Ban on glyphosate spraying near town in Argentina

Posted on 19 Marzec 2010. Filed under: gmo, gmo szajs, Niebezpieczne, Prawo, Urzędy | Tags: , , , , , , , , , |


Thursday, 18 March 2010 15:18

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EXTRACT: The court found that farmers „have been indiscriminately using agrochemicals such as glyphosate, applied in open violation of existing laws [causing] severe damage to the environment and to the health and quality of life of the residents.”

While the decision is limited to the area around San Jorge, other courts in the farming province are likely to follow suit if residents seek similar court action.


Argentina Court Blocks Agrochemical Spraying Near Rural Town
Shane Romig
Dow Jones Newswires, March 17 2010
http://www.nasdaq.com/aspx/stock-market-news-story.aspx?storyid=201003171558dowjonesdjonline000680&title=argentina-court-blocks-agrochemical-spraying-near-rural-town
http://bit.ly/cg2AgG

BUENOS AIRES -(Dow Jones)- In a ruling bearing potentially far-reaching implications, an appellate court in Argentina’s Santa Fe province this week upheld a decision blocking farmers from spraying agrochemicals near populated areas.

The ruling blocks the use of chemicals such as the widely used herbicide glyphosate within 800 meters of the town of San Jorge, and aerial spraying within 1,500 meters of the town.

While the decision is limited to the area around San Jorge, other courts in the farming province are likely to follow suit if residents seek similar court action.

The court found that farmers „have been indiscriminately using agrochemicals such as glyphosate, applied in open violation of existing laws [causing] severe damage to the environment and to the health and quality of life of the residents.”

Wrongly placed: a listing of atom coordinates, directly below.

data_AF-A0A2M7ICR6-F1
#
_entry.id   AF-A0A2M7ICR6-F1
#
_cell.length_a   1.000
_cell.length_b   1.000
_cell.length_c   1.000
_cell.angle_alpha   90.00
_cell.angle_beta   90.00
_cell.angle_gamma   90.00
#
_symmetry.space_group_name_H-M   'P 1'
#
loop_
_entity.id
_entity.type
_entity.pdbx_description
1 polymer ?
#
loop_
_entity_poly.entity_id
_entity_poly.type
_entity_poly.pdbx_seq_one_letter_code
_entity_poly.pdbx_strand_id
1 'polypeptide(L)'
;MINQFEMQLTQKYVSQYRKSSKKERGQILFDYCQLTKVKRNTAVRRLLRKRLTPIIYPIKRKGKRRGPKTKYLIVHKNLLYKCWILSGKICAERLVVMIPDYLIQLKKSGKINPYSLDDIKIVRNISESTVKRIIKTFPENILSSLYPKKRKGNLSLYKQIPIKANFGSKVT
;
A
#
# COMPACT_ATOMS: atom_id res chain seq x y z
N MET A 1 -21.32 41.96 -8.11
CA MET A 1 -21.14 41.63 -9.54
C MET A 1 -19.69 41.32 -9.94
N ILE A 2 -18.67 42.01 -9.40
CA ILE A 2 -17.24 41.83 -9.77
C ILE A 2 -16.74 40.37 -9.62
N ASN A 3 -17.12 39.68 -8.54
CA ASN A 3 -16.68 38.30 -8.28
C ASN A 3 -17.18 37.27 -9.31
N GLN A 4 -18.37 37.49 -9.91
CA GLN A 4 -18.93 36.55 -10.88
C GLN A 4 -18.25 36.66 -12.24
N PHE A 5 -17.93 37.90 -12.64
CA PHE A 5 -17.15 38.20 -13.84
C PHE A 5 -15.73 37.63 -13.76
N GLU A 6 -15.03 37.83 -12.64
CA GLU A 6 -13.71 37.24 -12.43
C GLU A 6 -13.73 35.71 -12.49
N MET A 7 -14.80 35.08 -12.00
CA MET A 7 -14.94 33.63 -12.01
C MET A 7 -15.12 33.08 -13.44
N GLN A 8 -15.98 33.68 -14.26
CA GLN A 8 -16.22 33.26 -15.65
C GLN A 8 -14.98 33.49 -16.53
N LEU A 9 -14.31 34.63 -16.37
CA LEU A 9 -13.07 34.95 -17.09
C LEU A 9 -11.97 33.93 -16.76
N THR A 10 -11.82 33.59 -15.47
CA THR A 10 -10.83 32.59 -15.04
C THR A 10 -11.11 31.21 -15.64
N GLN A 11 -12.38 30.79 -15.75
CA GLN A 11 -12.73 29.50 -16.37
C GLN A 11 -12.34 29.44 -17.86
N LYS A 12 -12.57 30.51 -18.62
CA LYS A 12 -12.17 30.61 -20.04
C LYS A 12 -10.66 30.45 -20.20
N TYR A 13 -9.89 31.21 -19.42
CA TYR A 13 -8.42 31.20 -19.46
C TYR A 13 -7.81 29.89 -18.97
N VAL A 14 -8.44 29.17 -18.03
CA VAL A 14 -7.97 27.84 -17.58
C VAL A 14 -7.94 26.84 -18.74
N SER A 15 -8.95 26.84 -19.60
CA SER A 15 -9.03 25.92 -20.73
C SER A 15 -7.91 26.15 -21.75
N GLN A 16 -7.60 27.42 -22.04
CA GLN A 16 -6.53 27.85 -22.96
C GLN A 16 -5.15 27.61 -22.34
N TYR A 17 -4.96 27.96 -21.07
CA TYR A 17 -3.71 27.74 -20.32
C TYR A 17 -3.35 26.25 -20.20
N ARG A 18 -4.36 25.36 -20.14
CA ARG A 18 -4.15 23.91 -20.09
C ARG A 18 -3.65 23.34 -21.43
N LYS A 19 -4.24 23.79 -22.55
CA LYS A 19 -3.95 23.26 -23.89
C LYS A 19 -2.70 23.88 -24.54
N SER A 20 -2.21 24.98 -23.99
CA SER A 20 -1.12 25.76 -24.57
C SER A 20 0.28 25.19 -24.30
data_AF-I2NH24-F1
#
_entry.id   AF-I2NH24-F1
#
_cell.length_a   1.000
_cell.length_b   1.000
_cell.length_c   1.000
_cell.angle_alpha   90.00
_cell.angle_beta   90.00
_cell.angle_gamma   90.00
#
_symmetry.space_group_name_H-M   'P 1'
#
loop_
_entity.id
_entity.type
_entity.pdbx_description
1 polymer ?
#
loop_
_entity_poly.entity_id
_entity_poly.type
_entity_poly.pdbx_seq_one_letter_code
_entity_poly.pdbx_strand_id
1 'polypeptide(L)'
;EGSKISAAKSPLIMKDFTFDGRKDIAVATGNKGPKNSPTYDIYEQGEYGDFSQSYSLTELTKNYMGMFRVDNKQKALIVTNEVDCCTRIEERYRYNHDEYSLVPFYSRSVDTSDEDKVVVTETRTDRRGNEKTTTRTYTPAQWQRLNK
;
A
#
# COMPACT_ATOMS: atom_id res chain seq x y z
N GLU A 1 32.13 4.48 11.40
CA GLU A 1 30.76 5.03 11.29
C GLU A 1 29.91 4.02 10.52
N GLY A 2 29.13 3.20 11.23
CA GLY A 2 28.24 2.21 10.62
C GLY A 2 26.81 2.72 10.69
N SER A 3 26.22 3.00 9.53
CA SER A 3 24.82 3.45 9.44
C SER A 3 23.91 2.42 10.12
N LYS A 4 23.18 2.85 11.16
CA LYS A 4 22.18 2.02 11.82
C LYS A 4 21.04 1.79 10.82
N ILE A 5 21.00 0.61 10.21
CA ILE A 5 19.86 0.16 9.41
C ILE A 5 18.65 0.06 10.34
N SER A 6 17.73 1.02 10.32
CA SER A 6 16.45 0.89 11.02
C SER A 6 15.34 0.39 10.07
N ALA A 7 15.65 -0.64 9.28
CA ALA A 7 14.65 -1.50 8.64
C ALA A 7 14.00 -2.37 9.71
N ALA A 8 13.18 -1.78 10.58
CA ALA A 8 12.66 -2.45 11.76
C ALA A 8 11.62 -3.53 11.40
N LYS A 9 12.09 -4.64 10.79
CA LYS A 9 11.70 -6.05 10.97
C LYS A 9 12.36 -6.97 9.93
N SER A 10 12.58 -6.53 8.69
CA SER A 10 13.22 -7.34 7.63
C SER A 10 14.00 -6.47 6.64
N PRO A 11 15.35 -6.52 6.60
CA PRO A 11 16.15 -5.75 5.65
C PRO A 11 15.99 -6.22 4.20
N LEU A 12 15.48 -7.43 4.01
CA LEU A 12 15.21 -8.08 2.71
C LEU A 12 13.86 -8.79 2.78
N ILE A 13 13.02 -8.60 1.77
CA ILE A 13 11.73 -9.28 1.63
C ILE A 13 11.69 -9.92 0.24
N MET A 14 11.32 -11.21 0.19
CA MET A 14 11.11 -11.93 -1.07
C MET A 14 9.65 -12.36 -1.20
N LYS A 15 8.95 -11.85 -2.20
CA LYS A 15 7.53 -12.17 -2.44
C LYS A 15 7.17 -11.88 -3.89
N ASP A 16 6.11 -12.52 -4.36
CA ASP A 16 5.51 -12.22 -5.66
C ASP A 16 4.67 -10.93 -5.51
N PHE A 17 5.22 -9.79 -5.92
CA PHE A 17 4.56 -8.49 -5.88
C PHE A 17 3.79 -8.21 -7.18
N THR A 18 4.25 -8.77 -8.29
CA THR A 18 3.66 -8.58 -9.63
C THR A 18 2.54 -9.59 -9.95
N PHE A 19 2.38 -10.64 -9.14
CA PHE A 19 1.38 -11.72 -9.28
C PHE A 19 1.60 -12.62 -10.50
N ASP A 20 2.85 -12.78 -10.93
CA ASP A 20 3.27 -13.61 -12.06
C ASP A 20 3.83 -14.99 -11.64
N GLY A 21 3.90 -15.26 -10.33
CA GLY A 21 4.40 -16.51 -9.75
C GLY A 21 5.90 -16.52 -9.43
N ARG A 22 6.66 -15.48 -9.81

A backlash is building in the country against the increasing reliance on transgenic soybeans and the herbicide widely used in their cultivation. Soybeans dominate the country’s farm output, but growing concern over the environmental impact of soybean-cultivation practices has spurred a legal and legislative assault.

Last year, the Argentine Association of Environmental Lawyers filed a case at the Supreme Court to halt the use of glyphosate, which virtually all of the soybeans grown in Argentina have been genetically modified to resist. Up to 200 million liters of the herbicide are sprayed across the farm belt each season. The court has yet to decide on whether to hear the case.

Genetically modified soybeans resistant to glyphosate were introduced to Argentina in 1996 by St. Louis-based biotech giant Monsanto Co. (MON). Now, with over half of all cultivated land going to soy in the last season, virtually all of the soybeans grown in Argentina uses Monsanto’s technology. Monsanto didn’t return a call seeking comment.

The spread of the transgenic beans has led to an unprecedented boom in farm wealth but also brought a host of ills, including soil deterioration and wide- scale deforestation to open up new fields.

While environmentalists have long decried the shift to soy monoculture, opposition heated up last year when an unpublished study conducted by the University of Buenos Aires Institute of Cellular Biology and Neuroscience Molecular Embryology Lab found that very low doses of glyphosate caused mutations in amphibian embryos.

While glyphosate has been used for 30 years and is approved in more than 100 countries, the defense minister prohibited growing transgenic soybeans on army farms with residential compounds, in the wake of the report. In addition, a number of local districts have banned or limited the use of glyphosate around populated areas, and some provinces also are debating legislation to prohibit or limit its use.

Argentina is the world’s leading exporter of soymeal and oil and the third- largest exporter of soybeans. The legume is the country’s largest export product and a key source of export-tax revenue.

Despite criticism of the excessive reliance on soybeans from President Cristina Fernandez, the government has encouraged the continued shift toward soy by imposing export limits and price controls on other goods such as wheat, corn and beef to keep local food prices down. With virtually no domestic demand for soybeans, their pricing and exports have been left untouched, prompting farmers to plant more beans.

-By Shane Romig, Dow Jones Newswires; 54-11-4103-6738; shane.romig@ dowjones.com

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